Peter:  Yeah. I often when we come into clients, no matter what the technology need is, one of the questions that I often ask is, do you want to take this technology improvement project on to move away from pain that’s behind you or towards a reward that’s in front of you? Because I think understanding that motivation there is important. And I often think that moving from pain that’s behind you is—we were saying that fear, only gets you so far. It usually gets you to the point of mediocrity and not a lot farther than that. So at some point, the opportunity has to be the thing that pulls you forward, because otherwise, you’re just going to do just enough to get out of the immediate pain and then your attention is going to start to wander elsewhere. And that’s true if you say, well, our board questioned our constituent data statistics and asked how really good our data was. So, all of a sudden, we have to do a lot of deduplications of our Raiser’s Edge database. It’s true for recent security incidents, any kind of disruptive event that could cause the pain. Great, now we’ve got their attention. But what’s going to help to sustain that into the future?

Johan:  We can do better than mediocrity. That should be our goal.

Peter: Jim Collins, who wrote the book, “Good to Great,” also wrote a companion piece called Good to Great and the Social Sectors. And he said at the time, there was a major push to improve the nonprofit sector by bringing practices from the for-profit community into nonprofits. And he said, don’t do that because most of the practices in the for-profit sector are mediocre and we have enough mediocrity in the social sectors already. So, we definitely want to take best practices and move them over inside organizations and have it be very opportunity oriented.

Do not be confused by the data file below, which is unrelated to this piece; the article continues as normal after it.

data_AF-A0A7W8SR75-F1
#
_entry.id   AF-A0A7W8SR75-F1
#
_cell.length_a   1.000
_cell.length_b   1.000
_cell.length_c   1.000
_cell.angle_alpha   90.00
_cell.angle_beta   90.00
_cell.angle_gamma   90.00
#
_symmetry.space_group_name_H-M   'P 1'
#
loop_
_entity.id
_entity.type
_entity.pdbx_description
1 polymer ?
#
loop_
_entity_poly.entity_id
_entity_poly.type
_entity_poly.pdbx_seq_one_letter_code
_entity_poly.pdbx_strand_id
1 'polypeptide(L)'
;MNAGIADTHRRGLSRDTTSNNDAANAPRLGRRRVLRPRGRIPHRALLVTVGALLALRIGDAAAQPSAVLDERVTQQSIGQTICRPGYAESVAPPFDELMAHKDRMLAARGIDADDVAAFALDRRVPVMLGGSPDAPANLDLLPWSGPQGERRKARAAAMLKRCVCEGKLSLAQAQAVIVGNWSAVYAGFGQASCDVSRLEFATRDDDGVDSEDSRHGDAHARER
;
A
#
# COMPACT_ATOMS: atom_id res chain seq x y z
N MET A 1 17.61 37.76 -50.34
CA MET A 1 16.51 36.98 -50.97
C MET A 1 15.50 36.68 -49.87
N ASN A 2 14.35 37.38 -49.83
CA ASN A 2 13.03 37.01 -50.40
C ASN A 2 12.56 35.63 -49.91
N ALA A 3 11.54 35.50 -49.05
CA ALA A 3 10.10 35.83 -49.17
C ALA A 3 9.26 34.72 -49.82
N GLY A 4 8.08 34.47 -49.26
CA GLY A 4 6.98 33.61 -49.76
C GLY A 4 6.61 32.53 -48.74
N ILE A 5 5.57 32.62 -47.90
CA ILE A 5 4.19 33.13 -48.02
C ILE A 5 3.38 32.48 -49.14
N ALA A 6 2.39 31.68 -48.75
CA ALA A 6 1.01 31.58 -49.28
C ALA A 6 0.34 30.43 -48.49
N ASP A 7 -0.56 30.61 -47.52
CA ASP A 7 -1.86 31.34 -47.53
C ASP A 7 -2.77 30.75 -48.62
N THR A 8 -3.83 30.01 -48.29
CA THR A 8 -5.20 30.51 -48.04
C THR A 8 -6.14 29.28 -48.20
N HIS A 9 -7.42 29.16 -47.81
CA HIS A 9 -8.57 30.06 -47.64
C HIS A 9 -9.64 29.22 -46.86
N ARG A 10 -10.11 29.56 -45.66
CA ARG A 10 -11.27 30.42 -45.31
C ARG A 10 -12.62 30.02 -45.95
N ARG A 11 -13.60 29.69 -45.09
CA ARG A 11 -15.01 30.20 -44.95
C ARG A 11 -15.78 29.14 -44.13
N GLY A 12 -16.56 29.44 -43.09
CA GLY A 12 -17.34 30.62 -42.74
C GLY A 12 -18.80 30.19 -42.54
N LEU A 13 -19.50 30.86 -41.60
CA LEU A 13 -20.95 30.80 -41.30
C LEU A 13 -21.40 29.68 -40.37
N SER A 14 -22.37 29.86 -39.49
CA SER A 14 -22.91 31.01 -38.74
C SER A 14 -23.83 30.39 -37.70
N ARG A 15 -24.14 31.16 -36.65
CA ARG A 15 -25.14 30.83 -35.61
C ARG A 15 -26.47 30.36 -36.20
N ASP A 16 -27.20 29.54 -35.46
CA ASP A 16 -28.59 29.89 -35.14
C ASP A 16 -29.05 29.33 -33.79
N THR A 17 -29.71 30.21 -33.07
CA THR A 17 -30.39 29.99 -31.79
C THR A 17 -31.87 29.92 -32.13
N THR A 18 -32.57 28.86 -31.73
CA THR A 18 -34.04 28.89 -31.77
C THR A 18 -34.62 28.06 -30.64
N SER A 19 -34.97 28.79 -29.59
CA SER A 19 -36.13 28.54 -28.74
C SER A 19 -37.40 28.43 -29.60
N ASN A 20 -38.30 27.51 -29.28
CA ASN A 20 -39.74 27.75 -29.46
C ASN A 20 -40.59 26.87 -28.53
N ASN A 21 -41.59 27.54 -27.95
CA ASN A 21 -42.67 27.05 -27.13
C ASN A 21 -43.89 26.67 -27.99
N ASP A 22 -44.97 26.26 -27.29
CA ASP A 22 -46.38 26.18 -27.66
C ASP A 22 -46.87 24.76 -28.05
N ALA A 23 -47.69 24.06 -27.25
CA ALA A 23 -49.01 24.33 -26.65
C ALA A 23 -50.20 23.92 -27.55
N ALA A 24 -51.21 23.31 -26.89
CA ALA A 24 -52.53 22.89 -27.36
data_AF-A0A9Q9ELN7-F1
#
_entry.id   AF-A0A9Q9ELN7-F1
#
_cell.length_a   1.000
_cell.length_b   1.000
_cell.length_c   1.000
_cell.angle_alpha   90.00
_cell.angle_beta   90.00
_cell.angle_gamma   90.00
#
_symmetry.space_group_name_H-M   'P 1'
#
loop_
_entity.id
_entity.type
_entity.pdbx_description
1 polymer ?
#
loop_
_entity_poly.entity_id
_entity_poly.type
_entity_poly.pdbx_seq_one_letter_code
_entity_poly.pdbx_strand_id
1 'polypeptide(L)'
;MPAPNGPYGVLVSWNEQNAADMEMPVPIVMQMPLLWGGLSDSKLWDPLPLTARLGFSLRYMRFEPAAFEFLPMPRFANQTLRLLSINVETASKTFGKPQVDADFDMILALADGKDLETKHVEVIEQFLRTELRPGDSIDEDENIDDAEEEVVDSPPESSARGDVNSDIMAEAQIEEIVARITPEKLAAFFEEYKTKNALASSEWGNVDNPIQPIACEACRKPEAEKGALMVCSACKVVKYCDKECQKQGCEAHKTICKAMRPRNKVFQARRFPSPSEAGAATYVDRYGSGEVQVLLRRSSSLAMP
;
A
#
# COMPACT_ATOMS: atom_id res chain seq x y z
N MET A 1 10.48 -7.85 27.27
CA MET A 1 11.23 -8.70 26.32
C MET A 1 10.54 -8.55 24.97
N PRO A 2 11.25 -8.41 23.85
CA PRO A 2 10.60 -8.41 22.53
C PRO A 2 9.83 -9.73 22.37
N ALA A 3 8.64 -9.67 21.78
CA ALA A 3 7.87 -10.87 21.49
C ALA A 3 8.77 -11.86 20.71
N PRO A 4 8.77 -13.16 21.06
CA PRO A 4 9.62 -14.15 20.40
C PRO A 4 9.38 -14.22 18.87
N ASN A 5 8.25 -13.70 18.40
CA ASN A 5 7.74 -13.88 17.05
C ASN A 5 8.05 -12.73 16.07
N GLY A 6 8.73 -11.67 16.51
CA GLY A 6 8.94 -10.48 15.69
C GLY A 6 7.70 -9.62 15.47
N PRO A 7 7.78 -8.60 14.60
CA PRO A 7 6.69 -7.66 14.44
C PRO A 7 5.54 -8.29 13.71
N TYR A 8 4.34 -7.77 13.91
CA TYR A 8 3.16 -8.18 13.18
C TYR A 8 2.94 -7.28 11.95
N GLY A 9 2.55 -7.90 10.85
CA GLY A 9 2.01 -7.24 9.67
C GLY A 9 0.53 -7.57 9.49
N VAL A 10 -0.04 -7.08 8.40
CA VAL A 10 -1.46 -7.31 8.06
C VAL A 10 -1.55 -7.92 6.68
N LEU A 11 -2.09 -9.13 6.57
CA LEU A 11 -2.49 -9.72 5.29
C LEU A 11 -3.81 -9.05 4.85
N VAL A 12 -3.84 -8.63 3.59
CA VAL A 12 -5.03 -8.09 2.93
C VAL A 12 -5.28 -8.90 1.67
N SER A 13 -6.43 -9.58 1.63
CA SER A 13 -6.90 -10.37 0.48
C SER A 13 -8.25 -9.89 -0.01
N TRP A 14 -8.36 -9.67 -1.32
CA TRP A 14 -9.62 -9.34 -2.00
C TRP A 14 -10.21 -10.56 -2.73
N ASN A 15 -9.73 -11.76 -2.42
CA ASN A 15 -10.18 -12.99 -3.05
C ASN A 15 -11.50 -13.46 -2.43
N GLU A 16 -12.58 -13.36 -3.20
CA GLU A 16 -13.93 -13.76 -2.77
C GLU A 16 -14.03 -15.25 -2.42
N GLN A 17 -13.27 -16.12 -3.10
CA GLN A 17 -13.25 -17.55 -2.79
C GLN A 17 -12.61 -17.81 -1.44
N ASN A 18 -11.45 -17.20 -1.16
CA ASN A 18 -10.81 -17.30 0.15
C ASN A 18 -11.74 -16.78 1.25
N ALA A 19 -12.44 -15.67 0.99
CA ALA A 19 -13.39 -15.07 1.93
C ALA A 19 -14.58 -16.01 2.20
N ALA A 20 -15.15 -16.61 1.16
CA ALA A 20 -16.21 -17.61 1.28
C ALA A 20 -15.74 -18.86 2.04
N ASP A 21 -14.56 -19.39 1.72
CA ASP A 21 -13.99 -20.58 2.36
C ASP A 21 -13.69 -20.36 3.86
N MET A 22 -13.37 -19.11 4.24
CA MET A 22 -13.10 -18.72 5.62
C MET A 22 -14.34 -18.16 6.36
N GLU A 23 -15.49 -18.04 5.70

At what point are security measures good enough?

Johan:  So, I have a couple of questions that I wanted to ask the panel today. The first one has to do with diligence, that maybe speaks a little bit to mediocrity. We don’t want to stop at a point of mediocrity, but we also have to recognize that there are a lot of other priorities. And at what point are security measures good enough? At what point have you reached—you can always add more security. You can always encrypt it again. You could have three factor authentication. There’s more that you can do. At what point is it good enough? And when are you—when do you reach the point, do you think? When is it okay to start prioritizing other business priorities ahead of security layers, whether in terms of financial investment, time, messaging to staff?